With so many Android devices still waiting on Android 10, it’s hard to believe the first preview builds of Android 11 are already available. There’s currently no official release date for Android 11 and it’s going to be a while before general users will have chance to check out a public beta version, but early testers have already uncovered some of the features Android 11 will have when it launches later this year. Here are some of the most notable:
- Accident tracking (Pixel only): All Pixel devices will receive a version of the previously Pixel 4-exclusive car safety app once they’re upgraded with Android 11—though users can also install an early version of the app right now, if they’d prefer not to wait.
- Chat bubbles: Older versions of Android used Facebook Messenger-like bubbles for quickly accessing text message conversations, and they seem to be making a comeback in Android 11. Exactly how they’ll work and what they’ll look like is unclear, however.
- Customizable Share menu: Users will be able to personalize the apps and contacts listed in the Android 11 Share menu.
- Dark Theme timers: While there are already apps that can do this on Android 10, it appears automated timers for turning dark theme on or off will be natively available in Android 11.
- 5G connectivity enhancements: The Android 11 preview build contains new APIs that should make it easier for developers and manufacturers to develop 5G apps and features. Buying a 5G phone is still probably a bad idea, though, even if Android 11 makes them a bit better.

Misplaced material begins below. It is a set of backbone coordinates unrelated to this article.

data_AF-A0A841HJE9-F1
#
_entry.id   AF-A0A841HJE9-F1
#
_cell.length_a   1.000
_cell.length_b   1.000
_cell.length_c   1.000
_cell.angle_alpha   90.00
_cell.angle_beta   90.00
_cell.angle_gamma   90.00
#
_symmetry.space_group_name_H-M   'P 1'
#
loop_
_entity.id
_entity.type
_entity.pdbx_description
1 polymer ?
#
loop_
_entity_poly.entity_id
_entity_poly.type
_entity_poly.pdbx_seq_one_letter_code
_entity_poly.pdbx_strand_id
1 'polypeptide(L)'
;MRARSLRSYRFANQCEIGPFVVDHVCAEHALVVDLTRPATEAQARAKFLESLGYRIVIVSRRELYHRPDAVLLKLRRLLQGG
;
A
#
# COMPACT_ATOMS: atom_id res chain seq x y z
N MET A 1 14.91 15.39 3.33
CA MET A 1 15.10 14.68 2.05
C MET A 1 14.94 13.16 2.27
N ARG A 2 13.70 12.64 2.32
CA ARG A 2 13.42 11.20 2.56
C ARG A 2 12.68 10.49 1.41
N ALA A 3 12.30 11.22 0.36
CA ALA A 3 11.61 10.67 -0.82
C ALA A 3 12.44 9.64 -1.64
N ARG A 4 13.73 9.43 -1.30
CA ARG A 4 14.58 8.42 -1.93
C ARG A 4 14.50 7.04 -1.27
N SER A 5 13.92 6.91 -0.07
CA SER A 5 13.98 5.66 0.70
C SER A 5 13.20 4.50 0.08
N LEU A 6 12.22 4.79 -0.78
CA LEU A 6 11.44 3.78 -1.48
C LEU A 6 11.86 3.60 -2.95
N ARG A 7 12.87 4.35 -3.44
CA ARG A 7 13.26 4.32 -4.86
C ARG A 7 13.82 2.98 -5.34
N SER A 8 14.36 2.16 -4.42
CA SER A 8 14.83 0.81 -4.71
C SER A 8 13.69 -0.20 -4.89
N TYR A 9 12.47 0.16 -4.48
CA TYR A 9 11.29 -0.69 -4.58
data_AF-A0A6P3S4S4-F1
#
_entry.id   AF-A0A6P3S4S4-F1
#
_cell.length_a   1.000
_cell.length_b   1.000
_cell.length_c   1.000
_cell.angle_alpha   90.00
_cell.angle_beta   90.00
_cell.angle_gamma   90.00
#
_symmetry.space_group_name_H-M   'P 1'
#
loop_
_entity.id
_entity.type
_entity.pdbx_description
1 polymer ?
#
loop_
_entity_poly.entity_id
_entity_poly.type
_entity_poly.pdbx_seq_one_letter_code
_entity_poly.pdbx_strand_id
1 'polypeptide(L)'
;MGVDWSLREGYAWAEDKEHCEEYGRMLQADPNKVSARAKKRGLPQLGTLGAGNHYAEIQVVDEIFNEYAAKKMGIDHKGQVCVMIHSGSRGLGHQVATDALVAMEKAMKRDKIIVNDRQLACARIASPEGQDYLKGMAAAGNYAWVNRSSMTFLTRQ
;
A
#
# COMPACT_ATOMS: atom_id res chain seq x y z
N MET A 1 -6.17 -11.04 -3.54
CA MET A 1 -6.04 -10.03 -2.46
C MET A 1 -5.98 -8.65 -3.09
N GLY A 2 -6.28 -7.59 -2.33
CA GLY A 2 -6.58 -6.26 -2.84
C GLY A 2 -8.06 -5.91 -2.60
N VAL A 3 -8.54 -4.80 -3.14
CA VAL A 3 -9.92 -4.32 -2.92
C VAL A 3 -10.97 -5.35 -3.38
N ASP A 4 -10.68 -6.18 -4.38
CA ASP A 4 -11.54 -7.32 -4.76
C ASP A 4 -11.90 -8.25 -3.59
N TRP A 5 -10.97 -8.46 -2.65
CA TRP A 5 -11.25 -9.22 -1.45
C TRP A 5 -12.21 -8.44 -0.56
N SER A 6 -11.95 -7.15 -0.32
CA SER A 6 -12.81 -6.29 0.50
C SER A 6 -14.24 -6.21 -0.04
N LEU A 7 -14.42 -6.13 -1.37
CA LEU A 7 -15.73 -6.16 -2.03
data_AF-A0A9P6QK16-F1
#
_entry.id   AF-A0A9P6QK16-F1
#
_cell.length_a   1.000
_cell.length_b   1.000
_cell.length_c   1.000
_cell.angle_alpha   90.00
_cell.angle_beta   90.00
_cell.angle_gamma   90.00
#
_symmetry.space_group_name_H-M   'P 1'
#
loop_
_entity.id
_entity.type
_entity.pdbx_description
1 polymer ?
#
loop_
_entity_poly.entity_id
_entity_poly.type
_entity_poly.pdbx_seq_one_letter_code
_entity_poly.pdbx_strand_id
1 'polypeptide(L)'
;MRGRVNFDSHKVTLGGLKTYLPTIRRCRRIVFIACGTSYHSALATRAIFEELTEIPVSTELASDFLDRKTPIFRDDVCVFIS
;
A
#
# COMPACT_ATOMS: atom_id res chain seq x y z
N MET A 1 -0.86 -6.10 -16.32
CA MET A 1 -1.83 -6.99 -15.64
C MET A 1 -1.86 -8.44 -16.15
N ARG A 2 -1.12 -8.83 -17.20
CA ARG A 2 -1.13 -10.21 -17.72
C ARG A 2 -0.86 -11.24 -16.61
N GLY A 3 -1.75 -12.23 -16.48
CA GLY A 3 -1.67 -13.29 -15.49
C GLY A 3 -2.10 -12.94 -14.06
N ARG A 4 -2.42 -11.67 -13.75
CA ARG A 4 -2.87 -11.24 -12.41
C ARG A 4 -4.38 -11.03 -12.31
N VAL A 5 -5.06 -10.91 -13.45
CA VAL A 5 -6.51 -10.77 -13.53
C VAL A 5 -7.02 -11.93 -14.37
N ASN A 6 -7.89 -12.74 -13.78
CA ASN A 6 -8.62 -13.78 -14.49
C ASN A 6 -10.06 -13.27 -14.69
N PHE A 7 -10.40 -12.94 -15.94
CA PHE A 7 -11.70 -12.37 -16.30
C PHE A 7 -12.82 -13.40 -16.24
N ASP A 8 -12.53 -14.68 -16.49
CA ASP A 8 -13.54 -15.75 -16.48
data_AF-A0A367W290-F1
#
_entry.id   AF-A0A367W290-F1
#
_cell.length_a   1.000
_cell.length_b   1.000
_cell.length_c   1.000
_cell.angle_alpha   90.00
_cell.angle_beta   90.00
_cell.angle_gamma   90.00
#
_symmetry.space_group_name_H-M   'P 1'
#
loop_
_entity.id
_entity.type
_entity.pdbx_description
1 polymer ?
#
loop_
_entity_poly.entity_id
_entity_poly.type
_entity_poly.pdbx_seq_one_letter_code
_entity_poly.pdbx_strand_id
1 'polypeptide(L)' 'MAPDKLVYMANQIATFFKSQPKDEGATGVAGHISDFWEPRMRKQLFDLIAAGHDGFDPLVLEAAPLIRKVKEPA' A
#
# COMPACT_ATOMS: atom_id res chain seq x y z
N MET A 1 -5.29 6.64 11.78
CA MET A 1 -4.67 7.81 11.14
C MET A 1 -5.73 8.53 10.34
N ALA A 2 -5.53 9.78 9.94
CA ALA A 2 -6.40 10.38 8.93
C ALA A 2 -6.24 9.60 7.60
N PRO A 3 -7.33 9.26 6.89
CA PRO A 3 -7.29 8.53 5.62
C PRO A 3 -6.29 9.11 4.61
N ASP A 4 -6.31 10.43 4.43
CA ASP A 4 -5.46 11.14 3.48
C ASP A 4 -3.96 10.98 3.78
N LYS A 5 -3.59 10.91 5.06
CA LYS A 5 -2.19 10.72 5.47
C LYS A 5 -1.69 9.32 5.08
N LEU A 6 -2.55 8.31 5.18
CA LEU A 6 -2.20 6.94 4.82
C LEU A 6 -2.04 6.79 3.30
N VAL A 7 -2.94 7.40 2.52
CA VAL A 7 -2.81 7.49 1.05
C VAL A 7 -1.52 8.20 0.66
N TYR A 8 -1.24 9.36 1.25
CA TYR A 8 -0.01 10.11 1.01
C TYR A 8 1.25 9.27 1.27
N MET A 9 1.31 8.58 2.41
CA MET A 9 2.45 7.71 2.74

- Motion Sense media playback controls (Pixel only): Pixel phones will also be able to play/pause audio playback using simple gesture controls, rather than having to tap the notification bar controls.
- New app permission options: Android 11 looks like it will let users grant one-time app permissions. For example, if you only want to let an app access your camera at specific times, you’ll be able to tap an “Only This Time” option. The app will be able to use the feature once, then will have to ask again in the future.
- Screen recording: Users will be able to record their screen activity using the OS’s built-in feature, instead of a third-party app. This feature was originally planned for Android 10 but slipped back to 11 instead (at least for now).
It’ll be interesting to see how these features evolve and what other additions show up—or get removed—between now at the full Android 11 release—not to mention the expect Android 11 overview at this year’s Google I/O event in May.
If you really want to try Android 11 out early, you can attempt to download and install the current developer build on your Pixel phone (only Pixel 2, 3, 3a, and 4 devices are supported), but make sure you know what you’re getting into first.
Installing a developer build is different from enrolling your device into an Android beta test, not to mention much more complicated. If you try out any of the super-early Android 11 builds, you’ll be forced to factory reset your phone, so backup your device before attempting this. Google also strongly recommends you don’t use the Android 11 developer build on your main phone; Android 11 is still too early on in development for most apps or features to function properly (if at all).